By Mike Willis
Samson is an intriguing Old Testament character. He is mentioned in the honor roll of faith in Hebrews 11:32, in spite of some very serious character flaws.
Interestingly, he never led an army of Israel to a major victory over any Israelite foe. All of his conflicts were personal in nature and usually tied in some manner to a woman, because he had a serious character weakness with sexual promiscuity. Yet, the Lord used Samson for His divine purpose, a purpose that may not be so transparent.
The Philistines had moved eastward from the Mediterranean and settled along the southwest coast of Israel. They controlled five important cities, known as the Pentapolis: Ashdod, Ashkelon, Ekron, Gaza, and Gath. They had superior weapons to the Israelites, as evidenced by the armaments with which Shamgar (an oxgoad, Judg. 3:31) and Samson (jawbone of an ass, Judg. 14:17) fought. Later, Philistine military superiority is explained because of their monopoly in working with iron (1 Sam. 13:19).
Israel did not attempt to drive the Philistines out of the land or to exterminate them, during this period of their history. As a matter of fact, Samson fraternized with them, as seen by his marrying a Philistine woman (Judg. 14:1), his visiting a prostitute in Gaza (16:1), and his relationship with Delilah (16:4ff.). Judah was unwilling to shake up the status quo when the Philistines were seeking revenge against Samson, choosing to deliver him into the hands of the Philistines rather than organizing behind Samson for battle (Judg. 15:9-14). Had circumstances continued, Israel’s fraternization and peaceful co-existence with the Philistines would have caused them to assimilate with the Philistines and lose their distinctiveness.
Consequently, the Lord raised up Samson. His mission — to pick a fight with the Philistines. When God announced the birth of Samson, He said that he “shall begin to deliver Israel out of the hand of the Philistines” (13:5). After Samson became a man, “the Spirit of the Lord began to move upon him” (13:25). His marriage was not a random occurrence; it was God’s spirit moving Samson. “But his father and mother did not know that it was of the LORD—that He was seeking an occasion to move against the Philistines. For at that time the Philistines had dominion over Israel” (14:4). All of the events surrounding the marriage of Samson to a Philistine woman were providentially caused by God to “pick a fight” with the Philistines, as evidenced by the Spirit of the Lord enabling him to defeat the lion (14:6) and to kill the thirty men whose garments were used to pay Samson’s gambling debt (14:19). One event in Samson’s life led to another and another, all of which were angering the Philistines and creating conflict with Israel, conflicts which eventually broke out in full-fledged war between the two nations under the leadership of Saul and later, David.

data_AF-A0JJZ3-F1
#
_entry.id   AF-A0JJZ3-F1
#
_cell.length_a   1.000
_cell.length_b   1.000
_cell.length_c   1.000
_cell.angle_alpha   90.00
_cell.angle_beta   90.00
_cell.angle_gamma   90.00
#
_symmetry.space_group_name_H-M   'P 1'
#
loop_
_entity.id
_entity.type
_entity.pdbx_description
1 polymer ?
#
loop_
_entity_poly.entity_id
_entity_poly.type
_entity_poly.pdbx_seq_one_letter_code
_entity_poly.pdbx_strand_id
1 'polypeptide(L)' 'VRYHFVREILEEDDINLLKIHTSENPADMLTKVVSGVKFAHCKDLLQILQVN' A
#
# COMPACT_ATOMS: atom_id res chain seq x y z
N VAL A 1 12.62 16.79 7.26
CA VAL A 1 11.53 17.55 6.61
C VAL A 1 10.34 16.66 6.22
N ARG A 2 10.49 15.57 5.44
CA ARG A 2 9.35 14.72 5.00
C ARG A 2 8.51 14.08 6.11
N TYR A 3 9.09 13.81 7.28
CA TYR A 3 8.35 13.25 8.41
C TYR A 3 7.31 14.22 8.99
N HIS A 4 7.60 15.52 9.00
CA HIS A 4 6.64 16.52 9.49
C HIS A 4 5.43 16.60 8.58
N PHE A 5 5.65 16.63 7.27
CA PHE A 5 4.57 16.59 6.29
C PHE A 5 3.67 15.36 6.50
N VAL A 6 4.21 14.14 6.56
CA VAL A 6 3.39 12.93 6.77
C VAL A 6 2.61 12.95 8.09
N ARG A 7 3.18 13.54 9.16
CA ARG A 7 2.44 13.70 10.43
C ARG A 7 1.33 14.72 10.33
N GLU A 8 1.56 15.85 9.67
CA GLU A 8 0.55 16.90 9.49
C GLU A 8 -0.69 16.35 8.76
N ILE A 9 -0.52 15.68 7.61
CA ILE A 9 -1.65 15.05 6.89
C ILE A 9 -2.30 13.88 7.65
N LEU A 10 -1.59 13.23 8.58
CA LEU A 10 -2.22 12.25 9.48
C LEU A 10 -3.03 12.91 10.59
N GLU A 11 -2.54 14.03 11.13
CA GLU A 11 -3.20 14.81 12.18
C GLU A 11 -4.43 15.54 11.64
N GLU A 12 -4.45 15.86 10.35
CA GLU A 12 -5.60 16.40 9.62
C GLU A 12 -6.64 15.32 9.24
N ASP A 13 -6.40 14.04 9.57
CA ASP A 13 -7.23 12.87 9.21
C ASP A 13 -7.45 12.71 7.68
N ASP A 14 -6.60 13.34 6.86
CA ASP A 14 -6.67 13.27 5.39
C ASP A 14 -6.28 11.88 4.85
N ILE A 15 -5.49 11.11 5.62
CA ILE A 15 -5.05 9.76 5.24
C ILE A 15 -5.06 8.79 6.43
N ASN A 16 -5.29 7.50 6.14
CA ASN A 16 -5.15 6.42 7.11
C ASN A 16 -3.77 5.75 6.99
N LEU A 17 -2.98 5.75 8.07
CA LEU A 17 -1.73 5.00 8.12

Why did God pick a fight with the Philistines when they were co-existing peaceably at the time? The answer seems obvious. The dangers of peaceful co-existence were greater than the dangers of war. What would have become of Israel had peaceful co-existence continued? Israelite and Philistine children would have intermingled, the idolatry of the Philistines would have at best led to a syncretic religion if not complete acceptance of Philistine deities, moral decadence (as already seen in the life of Samson himself), etc. In war with the Philistines, casualties came, but the people of God were distinctive from the idolatrous nations round about them.
Can anyone deny that the church is being threatened in the twenty-first century by the culture round us? The culture around us is creating a syncretic religion that is far from Christian in doctrine and morality, as evidenced by rejection of Christian doctrine (the virgin birth, the resurrection, the inspiration and authority of the Scriptures, belief in heaven, hell, and judgment, etc.) and Christian morals (living together outside of wedlock, easy divorce and remarriage, abortion, homosexuality, gambling, drinking, dancing, etc.). Perhaps the Lord will raise up some Samsons among us to pick a fight with the American “Philistines” who threaten the existence of His church! This may lead to doctrinal conflict and perhaps even persecution, but that is less threat to God’s people than assimilation.